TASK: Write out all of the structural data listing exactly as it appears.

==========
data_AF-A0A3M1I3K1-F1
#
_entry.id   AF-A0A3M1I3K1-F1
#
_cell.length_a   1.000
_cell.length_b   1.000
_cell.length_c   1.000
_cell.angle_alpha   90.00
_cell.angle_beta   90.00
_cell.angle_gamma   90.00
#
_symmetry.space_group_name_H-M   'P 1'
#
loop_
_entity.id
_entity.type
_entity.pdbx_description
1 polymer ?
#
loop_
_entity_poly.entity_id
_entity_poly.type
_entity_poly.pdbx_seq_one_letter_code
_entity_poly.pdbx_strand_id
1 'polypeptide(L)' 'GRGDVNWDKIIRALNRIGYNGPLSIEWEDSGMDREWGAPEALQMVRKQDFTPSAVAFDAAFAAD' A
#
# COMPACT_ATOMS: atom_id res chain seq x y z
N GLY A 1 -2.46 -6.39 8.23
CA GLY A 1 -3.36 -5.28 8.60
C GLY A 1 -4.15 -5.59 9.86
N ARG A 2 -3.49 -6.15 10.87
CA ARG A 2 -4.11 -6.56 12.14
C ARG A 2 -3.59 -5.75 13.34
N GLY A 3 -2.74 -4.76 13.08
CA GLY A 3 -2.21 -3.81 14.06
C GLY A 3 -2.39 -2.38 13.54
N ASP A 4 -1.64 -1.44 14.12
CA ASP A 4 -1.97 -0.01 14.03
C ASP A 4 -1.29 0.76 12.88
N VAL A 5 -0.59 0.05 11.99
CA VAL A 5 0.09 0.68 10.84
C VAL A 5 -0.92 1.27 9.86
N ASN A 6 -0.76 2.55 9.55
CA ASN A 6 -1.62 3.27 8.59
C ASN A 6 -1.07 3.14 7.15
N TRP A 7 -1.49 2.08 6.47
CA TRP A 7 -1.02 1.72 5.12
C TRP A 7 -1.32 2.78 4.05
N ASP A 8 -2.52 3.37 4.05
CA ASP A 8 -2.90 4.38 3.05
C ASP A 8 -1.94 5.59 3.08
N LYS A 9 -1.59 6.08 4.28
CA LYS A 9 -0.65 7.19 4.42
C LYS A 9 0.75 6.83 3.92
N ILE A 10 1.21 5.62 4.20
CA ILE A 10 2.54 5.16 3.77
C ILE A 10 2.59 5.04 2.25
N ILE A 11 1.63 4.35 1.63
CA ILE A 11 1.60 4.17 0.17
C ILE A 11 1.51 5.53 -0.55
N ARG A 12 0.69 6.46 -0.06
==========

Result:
data_AF-A0A3M1I3K1-F1
#
_entry.id   AF-A0A3M1I3K1-F1
#
_cell.length_a   1.000
_cell.length_b   1.000
_cell.length_c   1.000
_cell.angle_alpha   90.00
_cell.angle_beta   90.00
_cell.angle_gamma   90.00
#
_symmetry.space_group_name_H-M   'P 1'
#
loop_
_entity.id
_entity.type
_entity.pdbx_description
1 polymer ?
#
loop_
_entity_poly.entity_id
_entity_poly.type
_entity_poly.pdbx_seq_one_letter_code
_entity_poly.pdbx_strand_id
1 'polypeptide(L)' 'GRGDVNWDKIIRALNRIGYNGPLSIEWEDSGMDREWGAPEALQMVRKQDFTPSAVAFDAAFAAD' A
#
# COMPACT_ATOMS: atom_id res chain seq x y z
N GLY A 1 -2.46 -6.39 8.23
CA GLY A 1 -3.36 -5.28 8.60
C GLY A 1 -4.15 -5.59 9.86
N ARG A 2 -3.49 -6.15 10.87
CA ARG A 2 -4.11 -6.56 12.14
C ARG A 2 -3.59 -5.75 13.34
N GLY A 3 -2.74 -4.76 13.08
CA GLY A 3 -2.21 -3.81 14.06
C GLY A 3 -2.39 -2.38 13.54
N ASP A 4 -1.64 -1.44 14.12
CA ASP A 4 -1.97 -0.01 14.03
C ASP A 4 -1.29 0.76 12.88
N VAL A 5 -0.59 0.05 11.99
CA VAL A 5 0.09 0.68 10.84
C VAL A 5 -0.92 1.27 9.86
N ASN A 6 -0.76 2.55 9.55
CA ASN A 6 -1.62 3.27 8.59
C ASN A 6 -1.07 3.14 7.15
N TRP A 7 -1.49 2.08 6.47
CA TRP A 7 -1.02 1.72 5.12
C TRP A 7 -1.32 2.78 4.05
N ASP A 8 -2.52 3.37 4.05
CA ASP A 8 -2.90 4.38 3.05
C ASP A 8 -1.94 5.59 3.08
N LYS A 9 -1.59 6.08 4.28
CA LYS A 9 -0.65 7.19 4.42
C LYS A 9 0.75 6.83 3.92
N ILE A 10 1.21 5.62 4.20
CA ILE A 10 2.54 5.16 3.77
C ILE A 10 2.59 5.04 2.25
N ILE A 11 1.63 4.35 1.63
CA ILE A 11 1.60 4.17 0.17
C ILE A 11 1.51 5.53 -0.55
N ARG A 12 0.69 6.46 -0.06